“I’ve been able to accept Thomas’ death but I just can’t imagine how any good can come out of it,” I told Tanya, the leader of a local grief support group.
“Good coming out of a baby’s death? I will never believe any good can come from a baby dying,” declared Tanya.
I thought, “Something good must come out of so much pain. Otherwise my son’s death is meaningless. He died for nothing and I will never be able to make any sense of it.” I also wondered how someone who hadn’t been able to find any meaning in her own child’s death, even after five years, could help me.
Tanya interrupted my thoughts. “You’re the only mother in the local area that’s lost a baby recently. Normally we only hold meetings when we have several or more grieving parents who need support.”
Two babies would have to die before support meetings would be scheduled. I didn’t want two more babies to die. I didn’t want two more local mothers sorrowing over the loss of their children. But I did need someone to talk to, someone who knew all about the throbbing pain in my heart.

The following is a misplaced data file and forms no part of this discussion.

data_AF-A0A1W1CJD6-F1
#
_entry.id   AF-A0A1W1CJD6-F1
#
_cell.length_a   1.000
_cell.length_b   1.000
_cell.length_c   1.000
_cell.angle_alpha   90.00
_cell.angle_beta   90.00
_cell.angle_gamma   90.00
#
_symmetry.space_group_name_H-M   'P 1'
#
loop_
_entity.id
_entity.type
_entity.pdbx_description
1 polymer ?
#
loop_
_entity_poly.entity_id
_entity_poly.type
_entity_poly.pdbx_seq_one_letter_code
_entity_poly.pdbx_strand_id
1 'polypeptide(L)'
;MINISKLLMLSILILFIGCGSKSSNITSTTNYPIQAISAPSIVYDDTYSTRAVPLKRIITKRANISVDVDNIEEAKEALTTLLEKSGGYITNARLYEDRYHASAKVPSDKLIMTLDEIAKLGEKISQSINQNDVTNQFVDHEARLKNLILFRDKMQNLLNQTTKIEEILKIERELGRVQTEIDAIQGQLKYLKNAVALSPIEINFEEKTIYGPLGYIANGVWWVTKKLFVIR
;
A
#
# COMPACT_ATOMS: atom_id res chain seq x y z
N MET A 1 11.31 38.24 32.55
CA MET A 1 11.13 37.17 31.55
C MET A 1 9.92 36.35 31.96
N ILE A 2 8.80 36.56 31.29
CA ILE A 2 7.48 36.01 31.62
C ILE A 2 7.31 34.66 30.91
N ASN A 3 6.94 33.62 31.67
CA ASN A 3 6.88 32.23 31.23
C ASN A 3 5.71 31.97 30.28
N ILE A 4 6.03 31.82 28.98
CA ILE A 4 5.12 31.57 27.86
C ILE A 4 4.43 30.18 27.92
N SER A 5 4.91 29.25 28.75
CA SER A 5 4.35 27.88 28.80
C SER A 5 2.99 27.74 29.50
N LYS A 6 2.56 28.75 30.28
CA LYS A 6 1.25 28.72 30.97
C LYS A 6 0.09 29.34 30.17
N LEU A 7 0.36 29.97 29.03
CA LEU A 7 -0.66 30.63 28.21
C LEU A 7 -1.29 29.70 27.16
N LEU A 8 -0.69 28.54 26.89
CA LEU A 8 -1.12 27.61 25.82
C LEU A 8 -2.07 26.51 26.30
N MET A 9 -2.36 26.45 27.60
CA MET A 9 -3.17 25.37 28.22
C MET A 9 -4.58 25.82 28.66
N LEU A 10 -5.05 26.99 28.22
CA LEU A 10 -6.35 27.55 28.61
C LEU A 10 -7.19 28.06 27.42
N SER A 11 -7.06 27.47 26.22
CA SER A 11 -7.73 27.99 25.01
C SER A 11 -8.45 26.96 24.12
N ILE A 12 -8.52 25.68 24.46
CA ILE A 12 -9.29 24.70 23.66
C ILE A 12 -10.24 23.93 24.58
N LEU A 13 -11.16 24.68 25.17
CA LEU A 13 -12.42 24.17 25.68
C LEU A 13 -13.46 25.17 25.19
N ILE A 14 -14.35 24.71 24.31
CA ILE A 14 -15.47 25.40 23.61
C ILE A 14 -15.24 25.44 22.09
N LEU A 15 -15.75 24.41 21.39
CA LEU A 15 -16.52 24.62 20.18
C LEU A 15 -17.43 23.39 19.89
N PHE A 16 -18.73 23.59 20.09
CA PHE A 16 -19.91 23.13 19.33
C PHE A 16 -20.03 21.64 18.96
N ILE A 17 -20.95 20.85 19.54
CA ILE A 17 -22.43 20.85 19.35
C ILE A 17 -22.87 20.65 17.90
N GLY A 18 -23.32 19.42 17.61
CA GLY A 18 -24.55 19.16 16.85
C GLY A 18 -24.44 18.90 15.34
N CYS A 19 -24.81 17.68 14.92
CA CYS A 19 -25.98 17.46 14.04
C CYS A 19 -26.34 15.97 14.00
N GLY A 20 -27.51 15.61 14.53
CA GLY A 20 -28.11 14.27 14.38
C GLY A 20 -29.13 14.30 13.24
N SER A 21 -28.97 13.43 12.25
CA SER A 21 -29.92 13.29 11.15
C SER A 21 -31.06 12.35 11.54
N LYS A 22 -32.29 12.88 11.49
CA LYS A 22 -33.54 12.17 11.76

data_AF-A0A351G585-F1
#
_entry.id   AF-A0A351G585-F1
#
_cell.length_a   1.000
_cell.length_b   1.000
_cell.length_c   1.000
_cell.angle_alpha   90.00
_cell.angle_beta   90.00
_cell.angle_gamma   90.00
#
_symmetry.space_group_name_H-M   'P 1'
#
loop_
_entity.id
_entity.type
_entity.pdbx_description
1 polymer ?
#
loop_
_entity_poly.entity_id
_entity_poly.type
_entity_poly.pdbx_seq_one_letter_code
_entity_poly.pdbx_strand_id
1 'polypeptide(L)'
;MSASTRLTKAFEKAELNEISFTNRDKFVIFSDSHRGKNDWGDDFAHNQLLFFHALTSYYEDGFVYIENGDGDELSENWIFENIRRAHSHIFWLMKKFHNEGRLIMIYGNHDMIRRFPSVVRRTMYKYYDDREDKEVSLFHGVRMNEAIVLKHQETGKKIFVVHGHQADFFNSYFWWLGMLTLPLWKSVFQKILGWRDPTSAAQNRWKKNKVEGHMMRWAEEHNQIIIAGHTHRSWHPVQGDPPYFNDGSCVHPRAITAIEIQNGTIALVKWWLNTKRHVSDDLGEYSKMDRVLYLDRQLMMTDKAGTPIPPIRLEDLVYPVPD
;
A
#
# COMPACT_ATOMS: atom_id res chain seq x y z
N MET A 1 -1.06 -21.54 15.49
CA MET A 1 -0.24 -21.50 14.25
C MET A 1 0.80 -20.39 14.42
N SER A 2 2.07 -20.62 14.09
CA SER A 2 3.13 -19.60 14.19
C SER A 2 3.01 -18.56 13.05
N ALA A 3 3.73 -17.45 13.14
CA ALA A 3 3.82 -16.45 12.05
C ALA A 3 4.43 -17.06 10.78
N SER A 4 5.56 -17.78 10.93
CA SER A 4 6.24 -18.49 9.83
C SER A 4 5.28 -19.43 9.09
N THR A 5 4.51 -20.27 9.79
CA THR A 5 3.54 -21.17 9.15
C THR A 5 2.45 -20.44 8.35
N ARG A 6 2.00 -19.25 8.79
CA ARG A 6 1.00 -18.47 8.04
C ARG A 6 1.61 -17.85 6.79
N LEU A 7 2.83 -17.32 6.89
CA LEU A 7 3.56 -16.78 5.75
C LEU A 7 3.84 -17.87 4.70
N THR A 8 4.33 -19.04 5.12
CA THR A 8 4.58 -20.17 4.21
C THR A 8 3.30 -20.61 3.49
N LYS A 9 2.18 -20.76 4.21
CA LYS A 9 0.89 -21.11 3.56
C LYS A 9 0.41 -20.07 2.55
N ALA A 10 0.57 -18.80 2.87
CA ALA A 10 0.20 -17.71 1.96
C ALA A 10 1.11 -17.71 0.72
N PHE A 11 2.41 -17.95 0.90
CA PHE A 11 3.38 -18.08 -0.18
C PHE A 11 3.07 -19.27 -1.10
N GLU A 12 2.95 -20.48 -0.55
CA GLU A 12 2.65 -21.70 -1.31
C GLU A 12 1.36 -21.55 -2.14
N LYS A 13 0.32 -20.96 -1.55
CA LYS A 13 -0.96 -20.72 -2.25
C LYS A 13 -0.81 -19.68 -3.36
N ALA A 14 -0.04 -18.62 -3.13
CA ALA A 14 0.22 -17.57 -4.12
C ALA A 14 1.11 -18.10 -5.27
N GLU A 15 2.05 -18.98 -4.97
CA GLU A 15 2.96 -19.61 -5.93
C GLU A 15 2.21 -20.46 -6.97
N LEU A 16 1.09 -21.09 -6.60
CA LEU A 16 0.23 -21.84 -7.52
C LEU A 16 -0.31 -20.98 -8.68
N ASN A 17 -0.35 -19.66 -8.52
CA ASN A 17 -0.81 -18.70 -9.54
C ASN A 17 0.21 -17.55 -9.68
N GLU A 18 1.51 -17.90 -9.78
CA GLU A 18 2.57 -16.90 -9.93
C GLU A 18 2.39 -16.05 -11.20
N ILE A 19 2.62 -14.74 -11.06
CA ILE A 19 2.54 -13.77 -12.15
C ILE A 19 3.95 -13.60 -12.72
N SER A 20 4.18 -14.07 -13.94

But two more babies did die.
And one Tuesday evening three bereaved mothers, the group leader and a social worker gathered in a dismal old meeting room at the back of the hospital. A few chairs were placed in a circle around a box of tissues.
“Shall we share our stories?” asked Tanya. “My son died in the womb a few days before he was due. I’d been out to dinner and I contracted food poisoning. My baby was stillborn…”
“I’m Angela. My baby was born prematurely at 22 weeks due to an incompetent cervix. We called her Lily. She was our first child…”
“My name is Katherine. My daughter failed to thrive during pregnancy. My doctor advised us to abort her but I hoped… At about 6 months, I gave up hope. It was obvious my baby wasn’t growing. The doctor induced her birth. I didn’t want her to suffer any more…”
“Hi, I’m Sue. Thomas had a diaphragmatic hernia which allowed many of his internal organs to pass through the diaphragm and enter the lung cavity. There was no room for his lungs to grow. He died after 28 hours…”